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Thread: ROLAND BEECH} Is Artest worth the risk?

  1. #1

    Default ROLAND BEECH} Is Artest worth the risk?

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    Is Artest worth the risk?
    Jan 03 2006 10:49 AM PST
    ROLAND BEECH






    I'll be the first to admit, I never thought it would come to this. After his fiasco in 2004-05, I was convinced that we could expect a squeaky clean season for Pacers forward Ron Artest, where he'd display the full range of his impressive abilities on court while staying clear of trouble off it.

    Heck, I even touted him as my MVP pick in a SI.com preseason survey (the world needs contrarians -- any master of the obvious can pick LeBron James). So, it was a shock to find that barely a month and a half into the season and with the Pacers playing reasonably well, Artest would elect to "go nuclear" and demand a trade.

    Not surprisingly, the Pacers have zero patience with him at this point. They've ignored his later requests to rejoin the team and will deal him shortly, preferably to a Western Conference team.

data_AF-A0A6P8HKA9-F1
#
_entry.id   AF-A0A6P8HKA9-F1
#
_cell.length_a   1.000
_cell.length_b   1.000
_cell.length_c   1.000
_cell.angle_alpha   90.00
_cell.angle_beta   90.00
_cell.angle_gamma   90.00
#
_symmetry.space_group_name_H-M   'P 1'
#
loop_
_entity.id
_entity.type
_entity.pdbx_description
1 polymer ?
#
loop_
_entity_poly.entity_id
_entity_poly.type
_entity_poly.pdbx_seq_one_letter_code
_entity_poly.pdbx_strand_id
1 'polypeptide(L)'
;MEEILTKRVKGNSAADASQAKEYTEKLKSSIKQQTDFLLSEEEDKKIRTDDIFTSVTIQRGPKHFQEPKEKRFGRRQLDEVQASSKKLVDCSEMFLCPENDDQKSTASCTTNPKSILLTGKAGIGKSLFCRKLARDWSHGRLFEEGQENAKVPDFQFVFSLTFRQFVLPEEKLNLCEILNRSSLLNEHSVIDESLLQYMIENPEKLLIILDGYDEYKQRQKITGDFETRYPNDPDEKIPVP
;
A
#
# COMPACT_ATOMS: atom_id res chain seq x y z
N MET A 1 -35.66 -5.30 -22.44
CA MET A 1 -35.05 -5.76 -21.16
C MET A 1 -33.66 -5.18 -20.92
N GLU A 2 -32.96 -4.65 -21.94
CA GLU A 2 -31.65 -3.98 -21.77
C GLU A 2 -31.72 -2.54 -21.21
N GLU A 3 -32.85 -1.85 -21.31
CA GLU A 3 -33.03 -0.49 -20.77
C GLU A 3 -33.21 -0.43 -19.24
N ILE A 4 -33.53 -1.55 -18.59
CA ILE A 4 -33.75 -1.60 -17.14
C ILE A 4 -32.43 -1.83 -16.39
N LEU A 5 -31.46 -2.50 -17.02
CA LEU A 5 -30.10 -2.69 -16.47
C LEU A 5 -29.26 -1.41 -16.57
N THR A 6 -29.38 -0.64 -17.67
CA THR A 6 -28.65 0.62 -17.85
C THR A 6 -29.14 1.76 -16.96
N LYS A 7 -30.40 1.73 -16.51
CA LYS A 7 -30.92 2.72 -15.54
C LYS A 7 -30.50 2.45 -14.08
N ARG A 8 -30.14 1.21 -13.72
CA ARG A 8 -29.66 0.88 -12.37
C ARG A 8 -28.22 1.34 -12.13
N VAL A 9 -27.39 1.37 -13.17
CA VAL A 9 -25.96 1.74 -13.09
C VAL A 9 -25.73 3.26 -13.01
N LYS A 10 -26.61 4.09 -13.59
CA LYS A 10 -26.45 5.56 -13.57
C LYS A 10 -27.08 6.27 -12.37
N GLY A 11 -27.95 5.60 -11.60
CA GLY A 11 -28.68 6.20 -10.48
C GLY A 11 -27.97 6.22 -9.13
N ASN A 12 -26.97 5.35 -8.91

Wow! Now that's a story!

    The question is -- for the teams coveting him, is Artest worth the risk? Who or why would want to take on the challenge of managing the NBA's preeminent walking time bomb?


    1) Artest the difference maker

    First, we need to evaluate just what Artest can bring to the table. I like to start such analysis not by focusing on "conventional" box scores, but rather on the overall 'on court influence' a player exerts on his team's chances of winning. Since Artest's 04-05 campaign was, ahem, cut short, we'll need to also examine prior seasons.

    Artest's On Court Influence
    SeasonON Court:
    Net Pts per 100 possessions
    OFF Court:
    Net Pts per 100 possessions
    On/Off Net
    05-06*+10.5-4.6+15.1
    04-05+6.1+0.3+5.8
    03-04+9.4+1.3+8.1
    02-03+7.6-2.6+10.2
    * As of 12/28 for the 05-06 season


    Such are very impressive on/off court numbers. Artest ranked #13 in 03-04 and #10 in 02-03 for this particular stat, and he was headed towards another Top Ten campaign this season until he suddenly derailed it.

    These are the raw looks, not adjusted for the other players present on the court-on his team and the opposition's. Artest shines in more sophisticated regression-based breakdowns as well, ranking #19 in Dan Rosenbaum's two-year study of 02-03 and 03-04 (see http://www.82games.com/comm30.htm)

    So there's no doubt that Artest can improve a team's performance considerably. And that's one reason why Indiana fans should realize that for the second straight season, the Pacers have gone from serious contenders for the title to being in some trouble.

    Conclusion: when he's playing, Artest will make a team better.


    2) Artest on offense/on defense